“In heaven, everything is fine,” but in Eraserhead nothing is fine. It’s grim, disturbed, mutated, claustrophobic, a world that appears to be unraveling—or, more accurately, decaying—before our eyes. Jack Nance stars as the doughy, dim husband who escapes his grimy, droning life by watching the icky mutant cabaret that plays under his radiator. That’s as clear a description of the plot you’re bound to get. This is an existence where dinner squirms to get away as it’s being carved up and the newborn offspring of a dumbstruck couple is a freaky chicken baby that mewls and cries until it drives the maternal impulses right out of its horrified mother. Lynch shot the film over the course of a year with a loyal cast and crew that, at times, lived with Lynch on the very set of the film. There was nothing like it when it emerged in 1977 and became the quintessential midnight movie experience. See today, it is pure, primordial Lynch: a nightmare world of industrial slums and alienated folk, set to a soundtrack of noise that gets under your skin, your nails and your skull. Robert Cumbow came as close to anyone in capturing the experience in a review he wrote in 1978: “This is what madness might be like, he makes you think, this oppressive absurdity, now funny, now scary, now just plain weird, but making a kind of sense that has nothing at all to do with reason.”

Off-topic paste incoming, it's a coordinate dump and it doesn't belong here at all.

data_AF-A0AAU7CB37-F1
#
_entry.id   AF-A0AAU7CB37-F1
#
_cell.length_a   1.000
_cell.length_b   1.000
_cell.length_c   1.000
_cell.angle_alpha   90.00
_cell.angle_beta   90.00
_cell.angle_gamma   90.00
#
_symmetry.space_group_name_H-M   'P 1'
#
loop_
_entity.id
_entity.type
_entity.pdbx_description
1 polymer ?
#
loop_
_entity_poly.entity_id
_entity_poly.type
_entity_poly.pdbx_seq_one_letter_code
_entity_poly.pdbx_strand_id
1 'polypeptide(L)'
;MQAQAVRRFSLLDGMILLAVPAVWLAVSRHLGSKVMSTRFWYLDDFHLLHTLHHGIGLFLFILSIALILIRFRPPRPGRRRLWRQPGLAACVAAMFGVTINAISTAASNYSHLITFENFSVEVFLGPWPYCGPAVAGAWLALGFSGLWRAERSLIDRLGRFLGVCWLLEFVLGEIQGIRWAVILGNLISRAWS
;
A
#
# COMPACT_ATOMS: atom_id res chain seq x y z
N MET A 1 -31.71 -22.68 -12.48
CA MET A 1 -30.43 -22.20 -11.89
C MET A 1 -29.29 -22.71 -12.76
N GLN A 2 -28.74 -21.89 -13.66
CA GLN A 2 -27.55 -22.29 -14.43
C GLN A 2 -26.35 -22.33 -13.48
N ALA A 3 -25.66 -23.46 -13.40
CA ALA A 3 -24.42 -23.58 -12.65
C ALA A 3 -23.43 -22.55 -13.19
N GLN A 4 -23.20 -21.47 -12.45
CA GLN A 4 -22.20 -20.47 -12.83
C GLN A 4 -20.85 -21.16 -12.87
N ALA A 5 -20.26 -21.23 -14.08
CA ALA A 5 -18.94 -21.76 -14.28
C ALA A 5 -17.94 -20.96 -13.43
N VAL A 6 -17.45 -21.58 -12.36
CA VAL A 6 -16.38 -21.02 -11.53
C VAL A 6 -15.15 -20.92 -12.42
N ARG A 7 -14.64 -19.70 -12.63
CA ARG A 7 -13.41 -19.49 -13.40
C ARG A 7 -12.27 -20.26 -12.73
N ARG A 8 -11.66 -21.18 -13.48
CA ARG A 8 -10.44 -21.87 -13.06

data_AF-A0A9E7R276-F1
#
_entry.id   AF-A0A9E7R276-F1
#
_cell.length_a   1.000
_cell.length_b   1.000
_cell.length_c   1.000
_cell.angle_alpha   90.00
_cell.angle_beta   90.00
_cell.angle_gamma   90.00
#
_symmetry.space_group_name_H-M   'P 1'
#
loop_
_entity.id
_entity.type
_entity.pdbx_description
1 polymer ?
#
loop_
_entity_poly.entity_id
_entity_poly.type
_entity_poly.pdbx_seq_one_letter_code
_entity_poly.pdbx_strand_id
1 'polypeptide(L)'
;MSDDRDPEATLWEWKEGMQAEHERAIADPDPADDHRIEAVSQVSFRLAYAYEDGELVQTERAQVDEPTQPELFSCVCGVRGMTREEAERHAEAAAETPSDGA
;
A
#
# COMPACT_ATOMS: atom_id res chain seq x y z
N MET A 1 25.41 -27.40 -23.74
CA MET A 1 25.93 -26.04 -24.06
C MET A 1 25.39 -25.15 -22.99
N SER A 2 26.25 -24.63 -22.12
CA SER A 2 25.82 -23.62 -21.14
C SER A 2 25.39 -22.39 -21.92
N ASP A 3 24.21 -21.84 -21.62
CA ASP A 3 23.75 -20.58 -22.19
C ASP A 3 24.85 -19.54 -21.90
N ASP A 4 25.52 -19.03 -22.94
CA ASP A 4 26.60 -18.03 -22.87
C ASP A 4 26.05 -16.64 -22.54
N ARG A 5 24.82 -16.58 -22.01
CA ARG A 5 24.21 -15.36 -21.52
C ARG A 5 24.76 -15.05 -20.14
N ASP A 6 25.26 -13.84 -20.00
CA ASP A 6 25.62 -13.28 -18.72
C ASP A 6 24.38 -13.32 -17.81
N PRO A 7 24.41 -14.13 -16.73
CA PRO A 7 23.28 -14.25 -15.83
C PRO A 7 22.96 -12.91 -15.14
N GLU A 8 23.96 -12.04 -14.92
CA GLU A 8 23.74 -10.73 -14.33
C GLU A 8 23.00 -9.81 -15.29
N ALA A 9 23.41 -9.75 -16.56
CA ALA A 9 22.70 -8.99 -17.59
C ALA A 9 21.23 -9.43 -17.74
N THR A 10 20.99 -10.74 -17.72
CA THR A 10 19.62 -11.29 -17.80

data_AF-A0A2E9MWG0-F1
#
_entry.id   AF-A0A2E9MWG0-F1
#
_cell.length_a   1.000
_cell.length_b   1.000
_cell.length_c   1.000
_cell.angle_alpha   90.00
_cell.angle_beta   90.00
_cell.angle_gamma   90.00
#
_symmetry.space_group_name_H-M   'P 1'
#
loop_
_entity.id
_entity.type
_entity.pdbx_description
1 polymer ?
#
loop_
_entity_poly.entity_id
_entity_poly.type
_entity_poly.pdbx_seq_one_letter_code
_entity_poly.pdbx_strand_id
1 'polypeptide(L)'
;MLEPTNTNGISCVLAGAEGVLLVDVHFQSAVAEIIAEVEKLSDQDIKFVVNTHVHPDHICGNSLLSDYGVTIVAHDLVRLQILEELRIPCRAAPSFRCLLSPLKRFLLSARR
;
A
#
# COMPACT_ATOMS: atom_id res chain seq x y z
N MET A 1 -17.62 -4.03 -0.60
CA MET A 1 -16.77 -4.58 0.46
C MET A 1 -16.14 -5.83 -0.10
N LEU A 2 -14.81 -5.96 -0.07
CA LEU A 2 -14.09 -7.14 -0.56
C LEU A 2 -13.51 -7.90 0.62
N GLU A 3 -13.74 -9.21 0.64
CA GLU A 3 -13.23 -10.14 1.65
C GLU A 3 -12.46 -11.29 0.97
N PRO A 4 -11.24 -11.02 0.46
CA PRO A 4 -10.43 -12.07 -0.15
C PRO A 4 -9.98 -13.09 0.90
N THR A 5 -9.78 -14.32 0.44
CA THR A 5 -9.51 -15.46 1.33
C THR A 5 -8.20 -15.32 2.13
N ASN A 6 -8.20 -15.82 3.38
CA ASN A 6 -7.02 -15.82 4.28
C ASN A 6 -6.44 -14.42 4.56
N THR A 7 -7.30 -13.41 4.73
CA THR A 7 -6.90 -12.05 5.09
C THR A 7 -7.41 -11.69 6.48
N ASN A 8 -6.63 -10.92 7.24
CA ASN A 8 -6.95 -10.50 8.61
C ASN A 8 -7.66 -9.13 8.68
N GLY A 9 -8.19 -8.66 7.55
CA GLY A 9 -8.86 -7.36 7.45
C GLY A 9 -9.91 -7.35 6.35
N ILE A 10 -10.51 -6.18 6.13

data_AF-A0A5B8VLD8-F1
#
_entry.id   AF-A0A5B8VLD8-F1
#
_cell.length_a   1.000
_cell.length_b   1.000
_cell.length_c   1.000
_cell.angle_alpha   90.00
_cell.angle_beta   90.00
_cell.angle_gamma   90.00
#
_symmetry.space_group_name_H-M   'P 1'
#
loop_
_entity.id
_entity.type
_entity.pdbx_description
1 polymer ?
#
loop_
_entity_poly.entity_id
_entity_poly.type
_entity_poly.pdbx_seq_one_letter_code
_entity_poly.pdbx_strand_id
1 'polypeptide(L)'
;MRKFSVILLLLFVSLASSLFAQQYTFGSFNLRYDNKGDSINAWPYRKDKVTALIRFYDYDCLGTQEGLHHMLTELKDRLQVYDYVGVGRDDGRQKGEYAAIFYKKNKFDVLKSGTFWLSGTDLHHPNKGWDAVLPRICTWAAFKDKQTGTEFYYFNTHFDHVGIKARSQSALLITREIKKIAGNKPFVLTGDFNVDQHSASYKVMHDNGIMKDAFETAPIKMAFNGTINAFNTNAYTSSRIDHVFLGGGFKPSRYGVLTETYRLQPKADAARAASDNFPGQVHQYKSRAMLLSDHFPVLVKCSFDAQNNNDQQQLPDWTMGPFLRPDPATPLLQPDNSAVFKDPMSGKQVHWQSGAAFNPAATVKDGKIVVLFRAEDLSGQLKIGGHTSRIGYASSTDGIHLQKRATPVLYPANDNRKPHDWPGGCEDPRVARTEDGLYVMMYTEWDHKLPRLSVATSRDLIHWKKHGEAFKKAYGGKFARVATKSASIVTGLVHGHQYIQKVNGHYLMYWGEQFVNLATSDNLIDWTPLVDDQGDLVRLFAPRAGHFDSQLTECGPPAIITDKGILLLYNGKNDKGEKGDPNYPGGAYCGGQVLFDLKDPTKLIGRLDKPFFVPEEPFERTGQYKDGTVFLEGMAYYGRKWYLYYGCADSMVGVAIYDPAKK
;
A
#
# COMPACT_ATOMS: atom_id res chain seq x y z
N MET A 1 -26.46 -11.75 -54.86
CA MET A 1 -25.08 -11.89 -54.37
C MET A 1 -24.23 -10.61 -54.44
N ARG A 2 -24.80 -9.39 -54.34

It’s fitting that Lynch’s first feature, which he produced independently, is also the first DVD that he produced through his own label, Absurda. He personally supervised the transfer and the digital master and he participated in the documentary featurette “Stories,” which is centered around Lynch discussing the making of the film. For most directors this wouldn’t be anything special, but Lynch had quite conspicuously made himself absent from the supplements of studio-produced DVDs of his work in the past. This was the first time he recorded an interview specifically for the home video release of one of his films. It apparently was painless enough, for it wasn’t his last.